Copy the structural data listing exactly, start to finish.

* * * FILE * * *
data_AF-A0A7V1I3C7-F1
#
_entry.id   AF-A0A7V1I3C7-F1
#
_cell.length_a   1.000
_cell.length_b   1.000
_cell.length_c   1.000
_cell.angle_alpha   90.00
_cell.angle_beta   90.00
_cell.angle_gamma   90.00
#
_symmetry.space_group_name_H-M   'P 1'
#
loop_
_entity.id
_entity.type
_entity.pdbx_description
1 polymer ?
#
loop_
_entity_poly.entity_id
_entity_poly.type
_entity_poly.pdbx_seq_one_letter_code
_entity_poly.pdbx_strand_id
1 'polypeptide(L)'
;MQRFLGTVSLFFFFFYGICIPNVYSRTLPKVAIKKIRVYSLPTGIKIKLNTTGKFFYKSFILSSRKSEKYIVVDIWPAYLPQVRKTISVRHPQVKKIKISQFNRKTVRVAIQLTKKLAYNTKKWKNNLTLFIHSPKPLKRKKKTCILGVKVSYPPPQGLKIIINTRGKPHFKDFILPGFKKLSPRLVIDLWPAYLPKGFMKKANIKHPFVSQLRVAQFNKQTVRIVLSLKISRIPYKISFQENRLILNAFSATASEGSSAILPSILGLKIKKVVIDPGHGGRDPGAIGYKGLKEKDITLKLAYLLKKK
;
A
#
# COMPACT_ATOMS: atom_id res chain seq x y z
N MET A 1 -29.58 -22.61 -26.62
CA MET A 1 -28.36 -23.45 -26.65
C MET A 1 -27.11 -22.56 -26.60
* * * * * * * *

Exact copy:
data_AF-A0A7V1I3C7-F1
#
_entry.id   AF-A0A7V1I3C7-F1
#
_cell.length_a   1.000
_cell.length_b   1.000
_cell.length_c   1.000
_cell.angle_alpha   90.00
_cell.angle_beta   90.00
_cell.angle_gamma   90.00
#
_symmetry.space_group_name_H-M   'P 1'
#
loop_
_entity.id
_entity.type
_entity.pdbx_description
1 polymer ?
#
loop_
_entity_poly.entity_id
_entity_poly.type
_entity_poly.pdbx_seq_one_letter_code
_entity_poly.pdbx_strand_id
1 'polypeptide(L)'
;MQRFLGTVSLFFFFFYGICIPNVYSRTLPKVAIKKIRVYSLPTGIKIKLNTTGKFFYKSFILSSRKSEKYIVVDIWPAYLPQVRKTISVRHPQVKKIKISQFNRKTVRVAIQLTKKLAYNTKKWKNNLTLFIHSPKPLKRKKKTCILGVKVSYPPPQGLKIIINTRGKPHFKDFILPGFKKLSPRLVIDLWPAYLPKGFMKKANIKHPFVSQLRVAQFNKQTVRIVLSLKISRIPYKISFQENRLILNAFSATASEGSSAILPSILGLKIKKVVIDPGHGGRDPGAIGYKGLKEKDITLKLAYLLKKK
;
A
#
# COMPACT_ATOMS: atom_id res chain seq x y z
N MET A 1 -29.58 -22.61 -26.62
CA MET A 1 -28.36 -23.45 -26.65
C MET A 1 -27.11 -22.56 -26.60